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How can diet help with IBS?

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Low FODMAP foodsHigh FODMAP foodsTreatmentSummary
Specific dietary changes may help you manage IBS symptoms. Paying attention to your fiber intake and eating low fat foods may reduce the frequency of IBS flare-ups.
Medically reviewed by Imashi Fernando, MS, RDN, CDCES
Updated on

Irritable bowel syndrome (IBS) is a chronic gastrointestinal condition that can cause sudden changes in bowel movements. IBS can result in various symptoms, including diarrhea and constipation.

People with IBS may regularly experience cramps and abdominal pain. Eating an appropriate diet and avoiding foods that can trigger IBS may help reduce discomfort.

Eating foods high in FODMAPs — which stands for fermentable oligosaccharides, disaccharides, monosaccharides, and polyols — may increase the risk of IBS flare-ups. Foods high in FODMAPs include certain fruits and dairy products.

What foods can help with IBS?

Several containers of strawberries and blueberries.
Kristin Duvall/Stocksy United

If you have IBS, eating a low-FODMAP diet may reduce symptoms such as bloating, abdominal pain, and diarrhea.

Low-FODMAP foods include:

  • lactose-free products, such as certain soy milks and oats
  • fruit, such as blueberries, strawberries, and grapes
  • eggs
  • meat, such as beef and chicken
  • vegetables, such as carrots, green beans, and zucchini
  • rice and quinoa

People with IBS may consider following a gluten-free diet as this type of food generally has lower FODMAPs when compared to food containing gluten. Eating foods containing gluten may trigger an IBS flare-up, even for people who do not have celiac disease.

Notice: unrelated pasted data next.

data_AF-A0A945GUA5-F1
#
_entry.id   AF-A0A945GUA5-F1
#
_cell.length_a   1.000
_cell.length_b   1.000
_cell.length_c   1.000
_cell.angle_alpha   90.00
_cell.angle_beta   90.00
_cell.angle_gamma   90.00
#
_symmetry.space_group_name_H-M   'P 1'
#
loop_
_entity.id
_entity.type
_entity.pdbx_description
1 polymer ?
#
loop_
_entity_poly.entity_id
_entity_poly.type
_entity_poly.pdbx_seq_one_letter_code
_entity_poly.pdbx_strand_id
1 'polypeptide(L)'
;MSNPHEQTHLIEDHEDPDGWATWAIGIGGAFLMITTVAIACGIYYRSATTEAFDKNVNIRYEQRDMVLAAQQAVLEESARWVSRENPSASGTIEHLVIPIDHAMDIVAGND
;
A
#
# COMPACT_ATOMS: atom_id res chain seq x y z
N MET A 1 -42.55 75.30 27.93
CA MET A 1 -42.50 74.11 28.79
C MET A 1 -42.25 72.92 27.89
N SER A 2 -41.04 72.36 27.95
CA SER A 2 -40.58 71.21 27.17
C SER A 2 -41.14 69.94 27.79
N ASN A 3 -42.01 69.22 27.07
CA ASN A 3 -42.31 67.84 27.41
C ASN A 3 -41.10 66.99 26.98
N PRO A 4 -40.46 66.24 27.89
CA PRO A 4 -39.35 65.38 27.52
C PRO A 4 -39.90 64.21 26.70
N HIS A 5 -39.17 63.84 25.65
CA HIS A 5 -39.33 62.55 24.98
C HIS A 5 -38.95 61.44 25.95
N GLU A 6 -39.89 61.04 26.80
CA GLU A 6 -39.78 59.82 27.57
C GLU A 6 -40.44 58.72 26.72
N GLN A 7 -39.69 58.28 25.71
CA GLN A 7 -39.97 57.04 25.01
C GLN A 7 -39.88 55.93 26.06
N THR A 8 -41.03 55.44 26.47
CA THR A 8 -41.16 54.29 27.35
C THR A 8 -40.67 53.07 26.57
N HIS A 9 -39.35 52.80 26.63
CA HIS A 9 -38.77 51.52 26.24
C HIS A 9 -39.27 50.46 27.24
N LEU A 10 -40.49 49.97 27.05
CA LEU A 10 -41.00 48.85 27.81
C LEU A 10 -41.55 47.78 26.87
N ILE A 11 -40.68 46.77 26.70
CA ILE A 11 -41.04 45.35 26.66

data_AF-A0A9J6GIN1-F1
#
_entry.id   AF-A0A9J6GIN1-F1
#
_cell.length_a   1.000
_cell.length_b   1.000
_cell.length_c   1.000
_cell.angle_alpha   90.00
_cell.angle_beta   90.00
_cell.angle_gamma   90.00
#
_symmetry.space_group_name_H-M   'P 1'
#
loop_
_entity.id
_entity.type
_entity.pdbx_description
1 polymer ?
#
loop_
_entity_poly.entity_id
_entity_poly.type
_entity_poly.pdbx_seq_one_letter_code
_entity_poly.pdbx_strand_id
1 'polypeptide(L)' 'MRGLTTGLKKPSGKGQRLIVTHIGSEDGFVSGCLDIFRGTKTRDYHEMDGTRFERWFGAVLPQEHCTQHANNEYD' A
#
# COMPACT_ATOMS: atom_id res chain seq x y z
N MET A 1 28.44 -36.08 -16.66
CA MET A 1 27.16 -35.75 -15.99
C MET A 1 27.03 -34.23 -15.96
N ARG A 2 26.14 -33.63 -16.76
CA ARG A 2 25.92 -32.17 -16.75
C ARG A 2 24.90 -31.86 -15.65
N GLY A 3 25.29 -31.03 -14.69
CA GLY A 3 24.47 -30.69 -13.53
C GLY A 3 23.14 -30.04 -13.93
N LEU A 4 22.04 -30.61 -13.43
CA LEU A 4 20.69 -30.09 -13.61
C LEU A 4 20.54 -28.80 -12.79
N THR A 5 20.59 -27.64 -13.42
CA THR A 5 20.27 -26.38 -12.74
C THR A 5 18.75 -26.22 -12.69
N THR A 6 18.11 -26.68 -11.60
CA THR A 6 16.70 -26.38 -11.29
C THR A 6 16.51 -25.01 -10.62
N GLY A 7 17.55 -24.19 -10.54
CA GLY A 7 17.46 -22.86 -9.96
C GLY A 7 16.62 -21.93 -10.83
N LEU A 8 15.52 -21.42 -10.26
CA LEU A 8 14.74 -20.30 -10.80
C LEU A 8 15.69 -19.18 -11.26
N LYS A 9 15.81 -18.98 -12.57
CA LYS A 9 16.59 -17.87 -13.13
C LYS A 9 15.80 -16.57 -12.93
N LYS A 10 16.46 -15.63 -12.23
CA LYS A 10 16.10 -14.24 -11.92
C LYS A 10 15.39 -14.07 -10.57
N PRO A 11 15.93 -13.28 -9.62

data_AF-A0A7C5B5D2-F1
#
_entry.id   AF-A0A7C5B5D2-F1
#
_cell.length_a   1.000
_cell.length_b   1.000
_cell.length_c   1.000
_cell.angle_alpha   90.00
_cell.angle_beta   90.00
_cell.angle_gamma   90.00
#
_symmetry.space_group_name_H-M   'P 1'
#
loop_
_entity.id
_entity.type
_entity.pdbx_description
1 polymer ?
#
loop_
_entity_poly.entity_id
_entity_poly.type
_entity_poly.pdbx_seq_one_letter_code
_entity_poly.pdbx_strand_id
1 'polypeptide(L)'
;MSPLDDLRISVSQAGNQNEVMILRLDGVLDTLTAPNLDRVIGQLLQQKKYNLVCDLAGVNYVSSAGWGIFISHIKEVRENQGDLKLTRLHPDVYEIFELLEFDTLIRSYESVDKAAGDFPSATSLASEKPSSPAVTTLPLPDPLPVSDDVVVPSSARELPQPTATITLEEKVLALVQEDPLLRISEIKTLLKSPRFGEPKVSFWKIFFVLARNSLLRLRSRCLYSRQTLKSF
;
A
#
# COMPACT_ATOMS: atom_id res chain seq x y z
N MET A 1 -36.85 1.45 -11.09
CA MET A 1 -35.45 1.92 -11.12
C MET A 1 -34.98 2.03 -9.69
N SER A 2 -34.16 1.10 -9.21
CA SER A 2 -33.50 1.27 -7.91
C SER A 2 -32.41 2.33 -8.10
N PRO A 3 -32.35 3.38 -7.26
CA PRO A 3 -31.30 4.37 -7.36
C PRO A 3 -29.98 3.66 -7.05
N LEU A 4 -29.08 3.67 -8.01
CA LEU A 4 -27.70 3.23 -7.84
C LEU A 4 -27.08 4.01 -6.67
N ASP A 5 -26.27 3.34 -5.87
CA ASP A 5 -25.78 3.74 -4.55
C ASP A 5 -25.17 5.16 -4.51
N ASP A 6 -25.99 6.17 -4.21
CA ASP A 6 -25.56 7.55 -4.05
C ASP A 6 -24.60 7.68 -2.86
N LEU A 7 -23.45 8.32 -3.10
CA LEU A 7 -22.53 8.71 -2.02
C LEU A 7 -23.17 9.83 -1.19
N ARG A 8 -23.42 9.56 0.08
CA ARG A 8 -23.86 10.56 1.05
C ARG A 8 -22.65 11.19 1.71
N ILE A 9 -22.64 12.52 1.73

It may be beneficial to consider eating a fiber-rich diet. Doctors recommend people with IBS have a fiber intake between 2234 grams per day.

There are two types of dietary fiber:

  • soluble fiber, which dissolves easily in fluids. Examples include oats and apples.
  • insoluble fiber, which does not dissolve easily and remains intact. Examples include potatoes and beans.

Foods rich in soluble fiber typically cause less bloating and other symptoms of IBS when compared to vegetables and whole-grain products.

Examples of fiber-rich foods include:

  • beans, such as garbanzo beans, pinto beans, and kidney beans
  • fruit, such as raspberries, oranges, and bananas
  • oats
  • chia seeds
  • chickpeas

It’s important to know that fiber-rich foods should be eaten in moderation.

Rice-based products, such as rice milk and flour, can also be a great alternative for people with IBS. This is because rice generally tends to be easier to digest and reduces the risk of developing an IBS flare-up.

A nutritionist can recommend a diet plan to reduce your intake of foods that may cause flare-ups and increase those that can help improve your symptoms.

What foods can trigger an IBS flare-up?

Around 5–10% of the general population has IBS. A 2017 review of studies found that restricting the consumption of foods high in FODMAPs can improve IBS symptoms. However, further research is still needed into the long-term benefits of a low-FODMAP diet.

High-FODMAP foods can include:

  • fruit high in fructose, such as pears, peaches, watermelon, and plums
  • dairy products containing lactose, such as cheese, milk, yogurt, and ice cream
  • legumes, such as lentils
  • certain vegetables, such as cabbage, onions, and Brussels sprouts
  • wheat- and rye-based products, such as bread, pasta, and cereals
  • sweeteners
  • honey and corn syrup
  • canned fruit
  • dried fruit

Other types of food and drink that could trigger IBS include:

  • spicy food